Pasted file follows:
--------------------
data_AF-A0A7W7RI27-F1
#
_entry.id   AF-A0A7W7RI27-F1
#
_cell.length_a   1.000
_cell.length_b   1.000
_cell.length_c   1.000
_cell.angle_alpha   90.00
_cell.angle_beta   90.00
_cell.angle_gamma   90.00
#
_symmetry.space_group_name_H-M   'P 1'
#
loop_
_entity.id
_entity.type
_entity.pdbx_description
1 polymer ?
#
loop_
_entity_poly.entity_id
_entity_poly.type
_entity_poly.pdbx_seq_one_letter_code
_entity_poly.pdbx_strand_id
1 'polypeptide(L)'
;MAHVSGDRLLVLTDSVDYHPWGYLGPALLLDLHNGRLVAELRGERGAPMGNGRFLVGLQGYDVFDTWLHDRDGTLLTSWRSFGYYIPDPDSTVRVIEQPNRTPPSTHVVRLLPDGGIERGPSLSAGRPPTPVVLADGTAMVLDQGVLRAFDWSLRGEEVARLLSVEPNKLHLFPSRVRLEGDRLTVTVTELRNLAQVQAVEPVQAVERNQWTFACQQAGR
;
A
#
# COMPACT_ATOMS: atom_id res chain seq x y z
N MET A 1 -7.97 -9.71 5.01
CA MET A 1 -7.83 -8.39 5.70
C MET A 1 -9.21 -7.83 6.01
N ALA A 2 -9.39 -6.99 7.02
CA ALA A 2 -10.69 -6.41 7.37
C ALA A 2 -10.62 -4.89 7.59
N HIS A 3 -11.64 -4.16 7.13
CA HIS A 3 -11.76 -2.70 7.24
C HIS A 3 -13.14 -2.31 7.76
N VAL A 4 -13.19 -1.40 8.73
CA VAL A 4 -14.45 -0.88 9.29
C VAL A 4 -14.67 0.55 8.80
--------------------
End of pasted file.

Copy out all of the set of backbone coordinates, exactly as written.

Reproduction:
data_AF-A0A7W7RI27-F1
#
_entry.id   AF-A0A7W7RI27-F1
#
_cell.length_a   1.000
_cell.length_b   1.000
_cell.length_c   1.000
_cell.angle_alpha   90.00
_cell.angle_beta   90.00
_cell.angle_gamma   90.00
#
_symmetry.space_group_name_H-M   'P 1'
#
loop_
_entity.id
_entity.type
_entity.pdbx_description
1 polymer ?
#
loop_
_entity_poly.entity_id
_entity_poly.type
_entity_poly.pdbx_seq_one_letter_code
_entity_poly.pdbx_strand_id
1 'polypeptide(L)'
;MAHVSGDRLLVLTDSVDYHPWGYLGPALLLDLHNGRLVAELRGERGAPMGNGRFLVGLQGYDVFDTWLHDRDGTLLTSWRSFGYYIPDPDSTVRVIEQPNRTPPSTHVVRLLPDGGIERGPSLSAGRPPTPVVLADGTAMVLDQGVLRAFDWSLRGEEVARLLSVEPNKLHLFPSRVRLEGDRLTVTVTELRNLAQVQAVEPVQAVERNQWTFACQQAGR
;
A
#
# COMPACT_ATOMS: atom_id res chain seq x y z
N MET A 1 -7.97 -9.71 5.01
CA MET A 1 -7.83 -8.39 5.70
C MET A 1 -9.21 -7.83 6.01
N ALA A 2 -9.39 -6.99 7.02
CA ALA A 2 -10.69 -6.41 7.37
C ALA A 2 -10.62 -4.89 7.59
N HIS A 3 -11.64 -4.16 7.13
CA HIS A 3 -11.76 -2.70 7.24
C HIS A 3 -13.14 -2.31 7.76
N VAL A 4 -13.19 -1.40 8.73
CA VAL A 4 -14.45 -0.88 9.29
C VAL A 4 -14.67 0.55 8.80